CN114898751B (en) * 2022-06-15 2024-04-23 中国电信股份有限公司 Automatic configuration method and system, storage medium and electronic equipment

Citations (12)

* Cited by examiner, † Cited by third party
Publication number Priority date Publication date Assignee Title
US20010032085A1 (en) 1999-12-24 2001-10-18 Goedeke Steven D. Automatic voice and data recognition for implanted medical device instrument systems
US20040102971A1 (en) 2002-08-09 2004-05-27 Recare, Inc. Method and system for context-sensitive recognition of human input
US20060036430A1 (en) 2004-08-12 2006-02-16 Junling Hu System and method for domain-based natural language consultation
US20080040099A1 (en) 2006-03-10 2008-02-14 Nec (China) Co., Ltd. Device and method for language model switching and adaption
US20080091633A1 (en) 2004-11-03 2008-04-17 Microsoft Corporation Domain knowledge-assisted information processing
US7805299B2 (en) 2004-03-01 2010-09-28 Coifman Robert E Method and apparatus for improving the transcription accuracy of speech recognition software
US20130238330A1 (en) * 2012-03-08 2013-09-12 Nuance Communications, Inc. Methods and apparatus for generating clinical reports
US20130317753A1 (en) 2012-05-24 2013-11-28 Deka Products Limited Partnership System, Method, and Apparatus for Electronic Patient Care
US20140019128A1 (en) 2011-01-05 2014-01-16 Daniel J. RISKIN Voice Based System and Method for Data Input
US20140379378A1 (en) 2013-06-20 2014-12-25 Koninklijke Philips N.V. System and Method for Generating a Medical Summary Report
US9348813B2 (en) 2011-12-27 2016-05-24 Koninklijke Philips N.V. Text analysis system
US20190080796A1 (en) * 2016-03-30 2019-03-14 Koninklijke Philips N.V. Automated personnel identification and location, and automated procedure monitoring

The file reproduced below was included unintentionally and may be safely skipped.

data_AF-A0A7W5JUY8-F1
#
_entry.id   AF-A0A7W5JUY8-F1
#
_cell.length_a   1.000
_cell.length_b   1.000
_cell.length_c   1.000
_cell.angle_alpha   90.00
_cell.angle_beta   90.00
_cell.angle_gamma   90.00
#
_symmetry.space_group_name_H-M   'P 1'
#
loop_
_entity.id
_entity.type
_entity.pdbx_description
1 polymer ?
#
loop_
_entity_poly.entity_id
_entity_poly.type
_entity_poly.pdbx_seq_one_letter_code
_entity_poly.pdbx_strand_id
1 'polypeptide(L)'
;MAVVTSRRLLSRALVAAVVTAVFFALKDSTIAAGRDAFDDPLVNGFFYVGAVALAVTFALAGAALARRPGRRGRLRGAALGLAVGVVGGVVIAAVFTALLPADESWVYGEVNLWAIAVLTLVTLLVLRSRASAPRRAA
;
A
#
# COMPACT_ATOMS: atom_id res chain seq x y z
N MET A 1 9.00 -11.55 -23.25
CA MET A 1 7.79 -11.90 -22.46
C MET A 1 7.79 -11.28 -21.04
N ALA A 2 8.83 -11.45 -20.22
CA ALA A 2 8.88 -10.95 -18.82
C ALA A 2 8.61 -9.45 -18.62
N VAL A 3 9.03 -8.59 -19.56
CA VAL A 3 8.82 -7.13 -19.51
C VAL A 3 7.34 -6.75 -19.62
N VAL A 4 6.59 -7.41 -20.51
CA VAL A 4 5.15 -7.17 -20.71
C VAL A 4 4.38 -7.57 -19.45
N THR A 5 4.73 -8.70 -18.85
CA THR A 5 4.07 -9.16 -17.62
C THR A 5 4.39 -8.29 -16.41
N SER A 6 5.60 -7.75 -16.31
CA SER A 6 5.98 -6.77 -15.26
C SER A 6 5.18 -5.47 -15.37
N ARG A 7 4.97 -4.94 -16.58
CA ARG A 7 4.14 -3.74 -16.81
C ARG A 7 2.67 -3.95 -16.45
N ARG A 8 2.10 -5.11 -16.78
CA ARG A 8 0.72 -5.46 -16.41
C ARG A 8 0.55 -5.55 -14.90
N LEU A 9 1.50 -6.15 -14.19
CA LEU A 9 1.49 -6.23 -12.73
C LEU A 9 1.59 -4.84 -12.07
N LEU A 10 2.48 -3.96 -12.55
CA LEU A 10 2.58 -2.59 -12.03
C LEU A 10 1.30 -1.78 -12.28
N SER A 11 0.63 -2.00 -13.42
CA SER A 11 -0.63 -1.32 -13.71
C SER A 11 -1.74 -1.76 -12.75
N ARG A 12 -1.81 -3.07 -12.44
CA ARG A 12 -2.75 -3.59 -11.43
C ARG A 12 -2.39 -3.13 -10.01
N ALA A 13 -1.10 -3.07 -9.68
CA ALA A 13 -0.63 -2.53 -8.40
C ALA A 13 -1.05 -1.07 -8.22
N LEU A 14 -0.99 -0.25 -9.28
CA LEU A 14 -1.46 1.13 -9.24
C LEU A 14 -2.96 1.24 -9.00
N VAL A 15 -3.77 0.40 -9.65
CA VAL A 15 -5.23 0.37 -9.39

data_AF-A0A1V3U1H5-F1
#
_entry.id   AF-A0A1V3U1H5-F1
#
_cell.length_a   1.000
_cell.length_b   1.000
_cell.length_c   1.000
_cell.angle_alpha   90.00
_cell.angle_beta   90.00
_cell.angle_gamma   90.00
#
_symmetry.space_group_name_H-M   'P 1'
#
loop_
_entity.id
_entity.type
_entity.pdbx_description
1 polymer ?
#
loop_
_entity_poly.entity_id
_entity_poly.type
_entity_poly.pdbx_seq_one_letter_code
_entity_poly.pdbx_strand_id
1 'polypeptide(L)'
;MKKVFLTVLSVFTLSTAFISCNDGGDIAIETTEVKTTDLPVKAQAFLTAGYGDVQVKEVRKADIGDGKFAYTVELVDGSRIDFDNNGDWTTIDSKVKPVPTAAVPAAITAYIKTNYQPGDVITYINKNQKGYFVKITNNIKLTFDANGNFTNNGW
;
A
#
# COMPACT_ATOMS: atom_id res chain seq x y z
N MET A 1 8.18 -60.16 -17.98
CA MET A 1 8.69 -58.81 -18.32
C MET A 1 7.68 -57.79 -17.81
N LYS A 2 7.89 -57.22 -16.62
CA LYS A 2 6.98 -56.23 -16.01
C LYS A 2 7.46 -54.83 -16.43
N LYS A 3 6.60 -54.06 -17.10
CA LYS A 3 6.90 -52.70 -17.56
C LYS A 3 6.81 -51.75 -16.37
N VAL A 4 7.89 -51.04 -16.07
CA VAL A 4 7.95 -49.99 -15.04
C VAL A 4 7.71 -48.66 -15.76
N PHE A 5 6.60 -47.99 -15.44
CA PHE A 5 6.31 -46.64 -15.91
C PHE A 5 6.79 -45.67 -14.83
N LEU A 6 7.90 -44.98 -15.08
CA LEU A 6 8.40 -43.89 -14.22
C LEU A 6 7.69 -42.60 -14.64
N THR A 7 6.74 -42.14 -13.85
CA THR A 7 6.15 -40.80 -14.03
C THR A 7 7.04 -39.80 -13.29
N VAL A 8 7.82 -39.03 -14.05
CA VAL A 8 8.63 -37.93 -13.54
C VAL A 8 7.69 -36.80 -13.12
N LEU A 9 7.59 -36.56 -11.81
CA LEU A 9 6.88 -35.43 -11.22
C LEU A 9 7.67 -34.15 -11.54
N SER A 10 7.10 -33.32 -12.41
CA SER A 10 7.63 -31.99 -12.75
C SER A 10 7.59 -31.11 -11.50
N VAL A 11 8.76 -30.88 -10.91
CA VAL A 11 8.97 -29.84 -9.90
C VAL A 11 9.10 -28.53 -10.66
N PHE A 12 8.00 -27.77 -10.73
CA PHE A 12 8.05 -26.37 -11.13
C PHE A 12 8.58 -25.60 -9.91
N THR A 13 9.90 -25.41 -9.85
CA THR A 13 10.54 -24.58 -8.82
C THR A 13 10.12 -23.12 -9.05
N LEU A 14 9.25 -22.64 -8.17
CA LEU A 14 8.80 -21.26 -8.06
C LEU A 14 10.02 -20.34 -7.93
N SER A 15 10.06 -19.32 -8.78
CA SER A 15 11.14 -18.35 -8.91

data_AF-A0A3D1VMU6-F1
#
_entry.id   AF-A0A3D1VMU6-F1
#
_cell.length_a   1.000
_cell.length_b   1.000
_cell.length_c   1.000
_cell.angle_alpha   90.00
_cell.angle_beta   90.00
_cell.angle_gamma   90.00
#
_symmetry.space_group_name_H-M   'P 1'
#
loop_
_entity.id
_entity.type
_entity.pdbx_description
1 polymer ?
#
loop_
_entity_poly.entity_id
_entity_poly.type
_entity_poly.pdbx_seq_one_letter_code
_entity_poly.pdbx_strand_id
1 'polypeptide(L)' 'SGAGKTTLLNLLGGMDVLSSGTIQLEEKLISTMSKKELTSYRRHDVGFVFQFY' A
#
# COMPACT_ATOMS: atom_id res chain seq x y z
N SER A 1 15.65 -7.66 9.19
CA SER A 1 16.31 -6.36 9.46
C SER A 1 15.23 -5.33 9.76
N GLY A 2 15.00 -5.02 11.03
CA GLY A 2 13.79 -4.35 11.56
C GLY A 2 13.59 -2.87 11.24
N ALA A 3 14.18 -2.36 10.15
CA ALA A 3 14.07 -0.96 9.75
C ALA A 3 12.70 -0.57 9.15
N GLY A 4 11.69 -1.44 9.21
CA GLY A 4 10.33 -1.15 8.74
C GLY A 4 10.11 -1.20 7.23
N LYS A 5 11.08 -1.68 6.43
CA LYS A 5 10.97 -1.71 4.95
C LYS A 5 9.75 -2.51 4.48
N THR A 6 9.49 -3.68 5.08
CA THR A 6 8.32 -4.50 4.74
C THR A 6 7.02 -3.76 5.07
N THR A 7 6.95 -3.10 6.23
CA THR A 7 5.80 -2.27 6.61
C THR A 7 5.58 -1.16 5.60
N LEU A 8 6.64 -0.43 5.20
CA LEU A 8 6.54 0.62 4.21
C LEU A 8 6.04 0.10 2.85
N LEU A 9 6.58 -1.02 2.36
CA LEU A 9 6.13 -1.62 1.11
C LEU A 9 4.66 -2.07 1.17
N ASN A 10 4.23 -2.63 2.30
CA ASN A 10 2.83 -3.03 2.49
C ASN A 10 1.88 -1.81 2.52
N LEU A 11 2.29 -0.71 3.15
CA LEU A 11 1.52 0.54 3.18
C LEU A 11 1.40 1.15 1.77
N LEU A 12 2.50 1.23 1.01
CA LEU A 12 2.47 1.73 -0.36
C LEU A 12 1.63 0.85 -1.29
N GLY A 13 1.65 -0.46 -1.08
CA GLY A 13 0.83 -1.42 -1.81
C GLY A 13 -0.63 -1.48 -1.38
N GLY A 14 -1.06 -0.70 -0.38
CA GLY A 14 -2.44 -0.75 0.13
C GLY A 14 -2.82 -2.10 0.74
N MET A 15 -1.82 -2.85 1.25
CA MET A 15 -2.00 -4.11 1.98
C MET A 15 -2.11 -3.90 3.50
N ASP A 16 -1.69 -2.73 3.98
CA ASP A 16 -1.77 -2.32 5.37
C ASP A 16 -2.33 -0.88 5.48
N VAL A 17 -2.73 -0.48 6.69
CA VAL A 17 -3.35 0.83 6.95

Patent Citations (12)

* Cited by examiner, † Cited by third party
Publication number Priority date Publication date Assignee Title
US20010032085A1 (en) 1999-12-24 2001-10-18 Goedeke Steven D. Automatic voice and data recognition for implanted medical device instrument systems
US20040102971A1 (en) 2002-08-09 2004-05-27 Recare, Inc. Method and system for context-sensitive recognition of human input
US7805299B2 (en) 2004-03-01 2010-09-28 Coifman Robert E Method and apparatus for improving the transcription accuracy of speech recognition software
US20060036430A1 (en) 2004-08-12 2006-02-16 Junling Hu System and method for domain-based natural language consultation
US20080091633A1 (en) 2004-11-03 2008-04-17 Microsoft Corporation Domain knowledge-assisted information processing
US20080040099A1 (en) 2006-03-10 2008-02-14 Nec (China) Co., Ltd. Device and method for language model switching and adaption
US20140019128A1 (en) 2011-01-05 2014-01-16 Daniel J. RISKIN Voice Based System and Method for Data Input
US9348813B2 (en) 2011-12-27 2016-05-24 Koninklijke Philips N.V. Text analysis system
US20130238330A1 (en) * 2012-03-08 2013-09-12 Nuance Communications, Inc. Methods and apparatus for generating clinical reports
US20130317753A1 (en) 2012-05-24 2013-11-28 Deka Products Limited Partnership System, Method, and Apparatus for Electronic Patient Care
US20140379378A1 (en) 2013-06-20 2014-12-25 Koninklijke Philips N.V. System and Method for Generating a Medical Summary Report
US20190080796A1 (en) * 2016-03-30 2019-03-14 Koninklijke Philips N.V. Automated personnel identification and location, and automated procedure monitoring

Non-Patent Citations (6)

* Cited by examiner, † Cited by third party
Title
IBM: List of IBM Patents or Patent Applications Treated as Related (Appendix P), Sep. 9, 2019, pp. 1-2.
M*Modal, "Closing the Loop in Clinical Documentation," M*Modal Closed-Loop Clinical Documentation Solutions, p. 1-3, MModal IP LLC, https://mmodal.com/, Accessed on Sep. 27, 2018.
Mell et al., "The NIST Definition of Cloud Computing," National Institute of Standards and Technology, Sep. 2011, p. 1-3, Special Publication 800-145.